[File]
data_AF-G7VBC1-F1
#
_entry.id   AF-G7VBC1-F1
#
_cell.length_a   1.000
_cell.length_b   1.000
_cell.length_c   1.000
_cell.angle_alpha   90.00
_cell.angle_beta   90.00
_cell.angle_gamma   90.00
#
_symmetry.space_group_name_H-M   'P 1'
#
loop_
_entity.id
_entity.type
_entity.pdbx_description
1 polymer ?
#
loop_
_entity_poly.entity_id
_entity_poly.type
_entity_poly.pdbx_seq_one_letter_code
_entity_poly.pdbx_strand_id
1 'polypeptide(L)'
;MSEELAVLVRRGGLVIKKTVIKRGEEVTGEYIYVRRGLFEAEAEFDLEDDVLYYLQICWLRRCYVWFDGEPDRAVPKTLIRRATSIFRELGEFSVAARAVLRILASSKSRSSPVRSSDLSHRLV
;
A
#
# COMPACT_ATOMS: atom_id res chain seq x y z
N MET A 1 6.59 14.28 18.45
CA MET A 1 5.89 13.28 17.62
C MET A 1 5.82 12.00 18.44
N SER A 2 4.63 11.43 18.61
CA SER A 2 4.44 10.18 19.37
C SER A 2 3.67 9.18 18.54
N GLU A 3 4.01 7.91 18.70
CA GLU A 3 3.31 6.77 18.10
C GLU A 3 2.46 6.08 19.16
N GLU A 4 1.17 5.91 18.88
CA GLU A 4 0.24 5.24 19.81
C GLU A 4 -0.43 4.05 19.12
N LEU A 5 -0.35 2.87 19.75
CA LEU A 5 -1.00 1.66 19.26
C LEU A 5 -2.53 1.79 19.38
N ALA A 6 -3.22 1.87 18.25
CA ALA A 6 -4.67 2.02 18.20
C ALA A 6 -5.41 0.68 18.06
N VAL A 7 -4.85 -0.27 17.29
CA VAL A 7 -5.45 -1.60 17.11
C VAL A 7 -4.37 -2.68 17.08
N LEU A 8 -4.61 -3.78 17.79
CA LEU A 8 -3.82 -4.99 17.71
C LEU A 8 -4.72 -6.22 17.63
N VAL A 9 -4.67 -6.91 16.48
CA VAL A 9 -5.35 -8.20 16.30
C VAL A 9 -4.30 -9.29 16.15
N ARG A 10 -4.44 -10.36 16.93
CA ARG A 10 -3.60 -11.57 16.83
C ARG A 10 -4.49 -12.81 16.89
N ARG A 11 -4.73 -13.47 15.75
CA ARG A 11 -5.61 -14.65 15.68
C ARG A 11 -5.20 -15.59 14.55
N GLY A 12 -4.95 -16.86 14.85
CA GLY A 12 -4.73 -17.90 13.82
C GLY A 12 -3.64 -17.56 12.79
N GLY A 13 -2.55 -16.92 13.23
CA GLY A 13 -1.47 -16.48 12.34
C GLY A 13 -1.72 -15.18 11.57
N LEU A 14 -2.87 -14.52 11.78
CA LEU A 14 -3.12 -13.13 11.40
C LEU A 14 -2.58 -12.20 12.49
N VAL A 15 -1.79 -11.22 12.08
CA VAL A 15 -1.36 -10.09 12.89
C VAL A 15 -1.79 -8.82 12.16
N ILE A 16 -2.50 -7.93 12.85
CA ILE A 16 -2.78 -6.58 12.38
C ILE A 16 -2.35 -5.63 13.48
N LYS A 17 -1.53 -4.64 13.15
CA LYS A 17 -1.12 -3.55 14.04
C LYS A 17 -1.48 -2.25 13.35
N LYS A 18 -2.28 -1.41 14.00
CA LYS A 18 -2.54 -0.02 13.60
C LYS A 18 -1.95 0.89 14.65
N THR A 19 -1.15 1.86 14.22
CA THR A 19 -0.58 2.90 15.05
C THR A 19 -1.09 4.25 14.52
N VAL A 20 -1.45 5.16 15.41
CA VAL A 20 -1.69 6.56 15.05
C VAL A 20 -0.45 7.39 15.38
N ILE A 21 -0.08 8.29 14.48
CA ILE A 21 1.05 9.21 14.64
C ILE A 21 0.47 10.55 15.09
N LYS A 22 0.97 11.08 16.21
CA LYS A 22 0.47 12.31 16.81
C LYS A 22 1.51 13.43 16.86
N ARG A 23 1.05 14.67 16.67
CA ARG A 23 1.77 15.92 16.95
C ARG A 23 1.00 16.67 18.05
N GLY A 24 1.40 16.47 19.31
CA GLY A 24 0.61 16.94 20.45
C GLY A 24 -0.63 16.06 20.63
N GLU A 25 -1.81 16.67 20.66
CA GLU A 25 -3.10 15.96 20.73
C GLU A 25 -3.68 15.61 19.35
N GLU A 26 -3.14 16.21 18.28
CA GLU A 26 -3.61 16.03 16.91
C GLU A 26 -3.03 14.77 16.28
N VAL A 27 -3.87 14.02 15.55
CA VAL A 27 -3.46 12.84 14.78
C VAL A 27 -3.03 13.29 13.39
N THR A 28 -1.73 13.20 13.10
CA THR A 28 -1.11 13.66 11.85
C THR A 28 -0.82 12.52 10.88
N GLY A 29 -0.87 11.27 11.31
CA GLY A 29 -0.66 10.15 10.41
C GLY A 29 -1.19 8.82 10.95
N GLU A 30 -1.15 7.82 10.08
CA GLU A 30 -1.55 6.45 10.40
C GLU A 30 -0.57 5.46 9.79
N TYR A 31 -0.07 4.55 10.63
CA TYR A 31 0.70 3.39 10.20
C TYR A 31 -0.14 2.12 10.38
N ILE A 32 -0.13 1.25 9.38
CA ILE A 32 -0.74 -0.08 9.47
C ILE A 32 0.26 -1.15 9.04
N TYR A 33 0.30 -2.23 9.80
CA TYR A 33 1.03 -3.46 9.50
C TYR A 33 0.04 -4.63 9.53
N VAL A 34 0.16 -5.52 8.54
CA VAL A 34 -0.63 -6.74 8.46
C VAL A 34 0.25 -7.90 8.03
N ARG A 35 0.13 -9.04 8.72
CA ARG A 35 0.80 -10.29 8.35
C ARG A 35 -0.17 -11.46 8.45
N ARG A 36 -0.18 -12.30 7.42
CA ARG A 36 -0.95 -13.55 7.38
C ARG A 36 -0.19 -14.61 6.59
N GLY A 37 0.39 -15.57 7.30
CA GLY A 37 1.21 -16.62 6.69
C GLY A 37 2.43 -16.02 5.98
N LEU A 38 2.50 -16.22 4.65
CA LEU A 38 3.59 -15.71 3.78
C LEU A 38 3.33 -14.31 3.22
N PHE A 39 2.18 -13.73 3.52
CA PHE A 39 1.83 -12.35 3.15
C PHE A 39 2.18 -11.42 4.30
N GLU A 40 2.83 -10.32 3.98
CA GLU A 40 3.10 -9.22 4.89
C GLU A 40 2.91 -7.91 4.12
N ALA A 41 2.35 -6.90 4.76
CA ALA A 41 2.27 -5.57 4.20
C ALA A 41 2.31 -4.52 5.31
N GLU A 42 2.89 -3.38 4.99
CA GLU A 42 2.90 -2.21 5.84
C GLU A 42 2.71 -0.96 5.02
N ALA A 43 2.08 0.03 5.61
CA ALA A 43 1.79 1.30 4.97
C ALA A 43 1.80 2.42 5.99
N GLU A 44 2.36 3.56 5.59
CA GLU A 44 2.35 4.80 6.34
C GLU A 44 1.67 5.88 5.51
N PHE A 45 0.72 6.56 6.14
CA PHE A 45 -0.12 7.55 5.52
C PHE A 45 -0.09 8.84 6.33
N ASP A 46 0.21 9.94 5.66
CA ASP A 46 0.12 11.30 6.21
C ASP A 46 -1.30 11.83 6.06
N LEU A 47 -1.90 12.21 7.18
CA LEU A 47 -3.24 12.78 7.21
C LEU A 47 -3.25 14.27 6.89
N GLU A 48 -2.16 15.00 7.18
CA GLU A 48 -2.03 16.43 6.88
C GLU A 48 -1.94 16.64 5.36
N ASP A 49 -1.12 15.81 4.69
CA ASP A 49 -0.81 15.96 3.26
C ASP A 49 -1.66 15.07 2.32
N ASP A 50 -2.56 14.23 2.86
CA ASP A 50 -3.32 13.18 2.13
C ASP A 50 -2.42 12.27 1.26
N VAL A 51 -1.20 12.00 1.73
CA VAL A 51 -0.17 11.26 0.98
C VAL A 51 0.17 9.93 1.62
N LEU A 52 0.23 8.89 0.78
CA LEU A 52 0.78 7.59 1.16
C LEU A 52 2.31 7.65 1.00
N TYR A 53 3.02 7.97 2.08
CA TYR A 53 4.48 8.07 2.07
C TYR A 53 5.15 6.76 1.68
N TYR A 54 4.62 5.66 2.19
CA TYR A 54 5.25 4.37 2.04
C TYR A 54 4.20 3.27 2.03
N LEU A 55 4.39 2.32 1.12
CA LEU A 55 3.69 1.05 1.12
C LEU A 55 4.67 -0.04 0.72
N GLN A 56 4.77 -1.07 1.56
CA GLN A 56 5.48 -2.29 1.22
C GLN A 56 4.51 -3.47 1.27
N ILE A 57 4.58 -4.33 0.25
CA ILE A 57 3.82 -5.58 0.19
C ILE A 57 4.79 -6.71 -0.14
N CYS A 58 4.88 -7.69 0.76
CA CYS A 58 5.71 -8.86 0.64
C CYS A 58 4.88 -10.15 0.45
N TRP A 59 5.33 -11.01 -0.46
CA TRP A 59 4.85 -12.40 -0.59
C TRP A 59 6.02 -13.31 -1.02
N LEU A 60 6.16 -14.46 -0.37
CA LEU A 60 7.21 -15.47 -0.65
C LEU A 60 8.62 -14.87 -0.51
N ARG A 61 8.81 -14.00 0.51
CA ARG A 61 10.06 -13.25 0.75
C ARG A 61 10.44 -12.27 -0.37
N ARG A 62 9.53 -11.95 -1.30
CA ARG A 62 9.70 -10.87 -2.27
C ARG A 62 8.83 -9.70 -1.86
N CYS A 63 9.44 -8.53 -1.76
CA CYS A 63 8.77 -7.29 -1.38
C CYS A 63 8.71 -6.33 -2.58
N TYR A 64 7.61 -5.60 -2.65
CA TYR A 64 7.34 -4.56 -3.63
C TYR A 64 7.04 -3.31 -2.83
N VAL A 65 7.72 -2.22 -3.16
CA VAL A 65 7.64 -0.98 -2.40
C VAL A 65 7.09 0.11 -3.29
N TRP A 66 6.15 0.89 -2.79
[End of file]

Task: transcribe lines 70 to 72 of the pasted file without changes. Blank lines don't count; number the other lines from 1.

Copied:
N LEU A 14 -2.87 -14.52 11.78
CA LEU A 14 -3.12 -13.13 11.40
C LEU A 14 -2.58 -12.20 12.49